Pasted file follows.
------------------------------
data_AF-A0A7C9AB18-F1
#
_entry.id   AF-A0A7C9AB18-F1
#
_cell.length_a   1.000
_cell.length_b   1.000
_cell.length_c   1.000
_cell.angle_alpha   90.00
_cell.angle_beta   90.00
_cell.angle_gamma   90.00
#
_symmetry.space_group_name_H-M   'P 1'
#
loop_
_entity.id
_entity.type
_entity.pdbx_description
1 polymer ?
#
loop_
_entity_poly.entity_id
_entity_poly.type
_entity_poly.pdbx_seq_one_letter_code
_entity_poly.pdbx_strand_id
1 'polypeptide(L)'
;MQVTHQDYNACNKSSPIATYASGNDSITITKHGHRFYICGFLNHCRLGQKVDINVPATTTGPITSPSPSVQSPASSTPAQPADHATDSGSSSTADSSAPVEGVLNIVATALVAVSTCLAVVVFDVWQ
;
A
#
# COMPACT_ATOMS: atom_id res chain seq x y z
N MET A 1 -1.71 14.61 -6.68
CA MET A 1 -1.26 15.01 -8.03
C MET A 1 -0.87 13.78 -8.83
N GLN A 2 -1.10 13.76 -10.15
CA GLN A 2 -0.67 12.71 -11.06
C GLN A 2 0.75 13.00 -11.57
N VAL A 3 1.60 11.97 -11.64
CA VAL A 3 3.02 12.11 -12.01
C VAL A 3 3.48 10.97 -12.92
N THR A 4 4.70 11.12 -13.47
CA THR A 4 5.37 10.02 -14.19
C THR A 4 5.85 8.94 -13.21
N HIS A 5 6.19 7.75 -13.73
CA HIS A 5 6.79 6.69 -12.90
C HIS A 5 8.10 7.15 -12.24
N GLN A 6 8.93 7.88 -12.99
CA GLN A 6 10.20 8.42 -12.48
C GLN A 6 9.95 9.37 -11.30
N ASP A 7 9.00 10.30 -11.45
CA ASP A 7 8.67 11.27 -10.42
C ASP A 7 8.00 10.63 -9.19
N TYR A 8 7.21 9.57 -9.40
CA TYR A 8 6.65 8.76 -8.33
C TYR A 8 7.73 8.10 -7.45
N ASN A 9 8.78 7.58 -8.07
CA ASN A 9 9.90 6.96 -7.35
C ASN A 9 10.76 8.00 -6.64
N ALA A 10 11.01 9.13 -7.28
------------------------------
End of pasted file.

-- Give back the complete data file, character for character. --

data_AF-A0A7C9AB18-F1
#
_entry.id   AF-A0A7C9AB18-F1
#
_cell.length_a   1.000
_cell.length_b   1.000
_cell.length_c   1.000
_cell.angle_alpha   90.00
_cell.angle_beta   90.00
_cell.angle_gamma   90.00
#
_symmetry.space_group_name_H-M   'P 1'
#
loop_
_entity.id
_entity.type
_entity.pdbx_description
1 polymer ?
#
loop_
_entity_poly.entity_id
_entity_poly.type
_entity_poly.pdbx_seq_one_letter_code
_entity_poly.pdbx_strand_id
1 'polypeptide(L)'
;MQVTHQDYNACNKSSPIATYASGNDSITITKHGHRFYICGFLNHCRLGQKVDINVPATTTGPITSPSPSVQSPASSTPAQPADHATDSGSSSTADSSAPVEGVLNIVATALVAVSTCLAVVVFDVWQ
;
A
#
# COMPACT_ATOMS: atom_id res chain seq x y z
N MET A 1 -1.71 14.61 -6.68
CA MET A 1 -1.26 15.01 -8.03
C MET A 1 -0.87 13.78 -8.83
N GLN A 2 -1.10 13.76 -10.15
CA GLN A 2 -0.67 12.71 -11.06
C GLN A 2 0.75 13.00 -11.57
N VAL A 3 1.60 11.97 -11.64
CA VAL A 3 3.02 12.11 -12.01
C VAL A 3 3.48 10.97 -12.92
N THR A 4 4.70 11.12 -13.47
CA THR A 4 5.37 10.02 -14.19
C THR A 4 5.85 8.94 -13.21
N HIS A 5 6.19 7.75 -13.73
CA HIS A 5 6.79 6.69 -12.90
C HIS A 5 8.10 7.15 -12.24
N GLN A 6 8.93 7.88 -12.99
CA GLN A 6 10.20 8.42 -12.48
C GLN A 6 9.95 9.37 -11.30
N ASP A 7 9.00 10.30 -11.45
CA ASP A 7 8.67 11.27 -10.42
C ASP A 7 8.00 10.63 -9.19
N TYR A 8 7.21 9.57 -9.40
CA TYR A 8 6.65 8.76 -8.33
C TYR A 8 7.73 8.10 -7.45
N ASN A 9 8.78 7.58 -8.07
CA ASN A 9 9.90 6.96 -7.35
C ASN A 9 10.76 8.00 -6.64
N ALA A 10 11.01 9.13 -7.28